March 2, 2022
“Lighting serves everyone. It is ubiquitous, serving the practical needs of people living and working everywhere – from schools, day care centers, and hospitals to high-risk office buildings, banks and retail spaces,” DLC Executive Director and CEO Christina Halfpenny wrote in a 2020 LEDs Magazine column. “Imagine if the lighting industry looked as diverse as the people who use its products.”
Two years on, the industry continues to imagine what true diversity, equity, inclusion, and respect within its ranks would look like. Increasingly, however, visions and ideas are progressing to actions, policies, and partnerships with pledges of tangible results and meaningful, sustainable change.
The DLC’s Associate Director of Operations, Bernadette Boudreaux, is pioneering an effort focusing on diversity, equity, inclusion, and respect (DEIR) in lighting by convening a working group which is co-led by the US Department of Energy (DOE). Bernadette is a graduate of Howard University, an HBCU, and an African American woman who recognizes the need for more diversity in the lighting industry.
Meeting twice in virtual roundtables, the DEIR in Lighting group featured broad representation and viewpoints – from federal agencies and academia to lighting manufacturers, design firms, non-profits, and research institutions.
Black History Month presents a compelling opportunity to shine a spotlight on this group’s important mission, which the DLC will continue to prioritize throughout 2022 and beyond.
Highlighting efforts already underway to improve DEIR in the lighting industry, the group is amassing insights that will eventually form the basis of a best practices resource to guide future work. In the weeks ahead, the working group will be forming three sub-groups aimed at specific needs and actions:
- Pipeline – focusing on resources for career fairs, campus outreach, and entry level opportunities such as internships, mentorship, and student competitions;
- Education – focusing on curricula and Minority Serving Institution (MSI) opportunities, contests, and grants; and
- Lighting Practice – focusing on materials related to best practices for the lighting community and market participants, and analysis.
So far, roundtable discussions have emphasized the need to introduce lighting as a career path for demographic groups currently underrepresented in the industry, and strategies in which to do so. Some mechanisms for this include increasing lighting related coursework at historically black colleges and universities (HBCU), MSI (Minority Serving Institutions) and tribal colleges, and expanding opportunities for internships, mentorships, and research funding for MSI, HBCU and tribal colleges students.
Bernadette Boudreaux led the group’s December 2021 meeting and spoke about creating a better network of and for underrepresented students and academia through an MSI Lighting Incubator. Among other things, the incubator would educate MSIs on opportunities available through the DOE and its partners and diversify the professional pipeline of job candidates to support a more diverse and inclusive future for the lighting industry.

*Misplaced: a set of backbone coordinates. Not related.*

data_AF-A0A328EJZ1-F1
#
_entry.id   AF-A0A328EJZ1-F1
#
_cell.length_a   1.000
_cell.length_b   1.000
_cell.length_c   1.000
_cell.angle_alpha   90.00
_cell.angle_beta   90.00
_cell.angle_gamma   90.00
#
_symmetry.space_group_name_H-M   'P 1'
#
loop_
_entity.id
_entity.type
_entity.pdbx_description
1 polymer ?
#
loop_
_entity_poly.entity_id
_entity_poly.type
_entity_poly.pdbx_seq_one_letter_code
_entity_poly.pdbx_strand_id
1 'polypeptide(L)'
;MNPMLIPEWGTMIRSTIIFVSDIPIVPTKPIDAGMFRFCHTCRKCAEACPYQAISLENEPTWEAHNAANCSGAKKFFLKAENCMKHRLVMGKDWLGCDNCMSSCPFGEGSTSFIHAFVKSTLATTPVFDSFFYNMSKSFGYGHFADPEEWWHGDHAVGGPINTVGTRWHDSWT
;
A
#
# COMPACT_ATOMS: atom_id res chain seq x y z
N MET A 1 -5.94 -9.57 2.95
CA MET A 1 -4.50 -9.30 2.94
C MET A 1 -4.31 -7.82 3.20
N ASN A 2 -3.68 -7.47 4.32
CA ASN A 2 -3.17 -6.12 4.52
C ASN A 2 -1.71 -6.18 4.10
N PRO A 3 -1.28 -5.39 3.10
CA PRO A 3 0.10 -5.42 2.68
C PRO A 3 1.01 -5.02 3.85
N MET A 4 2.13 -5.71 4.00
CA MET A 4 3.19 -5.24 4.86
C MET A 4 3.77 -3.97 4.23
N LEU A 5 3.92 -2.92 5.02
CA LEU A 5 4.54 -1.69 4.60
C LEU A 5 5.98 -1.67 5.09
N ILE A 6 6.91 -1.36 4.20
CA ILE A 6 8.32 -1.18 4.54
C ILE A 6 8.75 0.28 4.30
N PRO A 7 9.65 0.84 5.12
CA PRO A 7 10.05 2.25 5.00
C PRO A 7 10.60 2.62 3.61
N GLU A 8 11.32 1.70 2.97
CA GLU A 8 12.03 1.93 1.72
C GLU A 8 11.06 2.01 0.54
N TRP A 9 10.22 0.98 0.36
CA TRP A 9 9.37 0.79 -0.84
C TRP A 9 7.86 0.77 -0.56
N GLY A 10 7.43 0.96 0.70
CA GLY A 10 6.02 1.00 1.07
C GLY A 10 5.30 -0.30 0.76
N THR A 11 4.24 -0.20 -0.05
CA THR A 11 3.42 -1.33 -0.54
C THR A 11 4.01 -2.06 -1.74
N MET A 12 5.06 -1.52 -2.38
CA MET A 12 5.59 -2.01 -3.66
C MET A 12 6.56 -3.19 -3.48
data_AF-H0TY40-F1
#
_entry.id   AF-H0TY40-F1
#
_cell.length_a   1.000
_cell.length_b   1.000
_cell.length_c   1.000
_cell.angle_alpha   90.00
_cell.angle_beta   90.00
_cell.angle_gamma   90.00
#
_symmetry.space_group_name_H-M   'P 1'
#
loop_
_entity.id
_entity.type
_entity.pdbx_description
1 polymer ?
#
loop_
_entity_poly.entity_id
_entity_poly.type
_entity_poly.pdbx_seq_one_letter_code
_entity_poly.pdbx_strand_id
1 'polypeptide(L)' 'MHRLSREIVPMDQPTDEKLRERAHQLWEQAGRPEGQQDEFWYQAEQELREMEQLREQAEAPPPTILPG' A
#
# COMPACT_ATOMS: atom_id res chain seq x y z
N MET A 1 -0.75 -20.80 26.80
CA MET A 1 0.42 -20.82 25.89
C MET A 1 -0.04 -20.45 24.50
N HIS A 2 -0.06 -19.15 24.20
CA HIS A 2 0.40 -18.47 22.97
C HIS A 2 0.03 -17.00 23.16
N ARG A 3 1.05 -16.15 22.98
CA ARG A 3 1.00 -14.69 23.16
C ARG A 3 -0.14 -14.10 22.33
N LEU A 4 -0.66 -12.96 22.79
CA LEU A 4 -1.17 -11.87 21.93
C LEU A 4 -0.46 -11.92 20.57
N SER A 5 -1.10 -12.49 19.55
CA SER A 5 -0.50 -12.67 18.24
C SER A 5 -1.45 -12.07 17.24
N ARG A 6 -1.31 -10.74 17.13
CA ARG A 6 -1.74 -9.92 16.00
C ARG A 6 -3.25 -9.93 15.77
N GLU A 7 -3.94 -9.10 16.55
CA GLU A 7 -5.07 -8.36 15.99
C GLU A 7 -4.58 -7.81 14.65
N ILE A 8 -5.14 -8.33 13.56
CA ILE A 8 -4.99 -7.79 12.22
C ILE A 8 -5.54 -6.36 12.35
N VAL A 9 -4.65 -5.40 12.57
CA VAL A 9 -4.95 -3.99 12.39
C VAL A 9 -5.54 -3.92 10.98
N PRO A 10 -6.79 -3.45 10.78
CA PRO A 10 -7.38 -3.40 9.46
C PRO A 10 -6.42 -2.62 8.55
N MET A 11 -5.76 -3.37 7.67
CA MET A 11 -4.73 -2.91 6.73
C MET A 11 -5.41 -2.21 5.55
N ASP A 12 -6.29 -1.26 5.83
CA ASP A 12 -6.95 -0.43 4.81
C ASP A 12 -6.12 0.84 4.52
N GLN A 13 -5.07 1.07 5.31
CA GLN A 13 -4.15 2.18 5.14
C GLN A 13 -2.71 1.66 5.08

In addition, the DEIR in Lighting group’s agenda has included discussion of established and emerging programs, such as:
- A DOE Building Technologies Office and National Renewable Energy Laboratory partnership offering master’s and doctoral level fellowships in engineering and science to increase participation of underrepresented groups;
- An Inclusive Engineering Consortium that serves as a model for multi-university collaboration aimed at increasing numbers of minority engineering graduates;
- An MSI STEM Research & Development Consortium that is already serving as a solutions provider, research development partner, and strategic asset to over 60 MSIs, industry and government partners; and
- A Pacific Northwest National Laboratory Pilot Pipeline Project with Tennessee State University.
In addition, roundtable discussions have centered on:
- A need for more funding dedicated to research and education at MSIs to make them more competitive, along with more opportunities for MSIs to collaborate with DOE labs and place undergraduates and graduate students in DOE fellowships and internships;
- The importance of in-house diversity, equity and inclusion committees and programs within lighting firms; and
- The value of public speaking opportunities and published articles that raise awareness about overlighting as an environmental justice issue and how lighting professionals can adjust business practices to overcome lighting inequalities.
According to Bernadette, “collaboration is the key to making more impact in DEIR in our industry. There is power in numbers and we have great resources and people in this industry that can impact change.”
Those interested in more information can join the working group or watch for updates on the DEIR in Lighting LinkedIn Group page or contact Bernadette Boudreaux for more information on the efforts.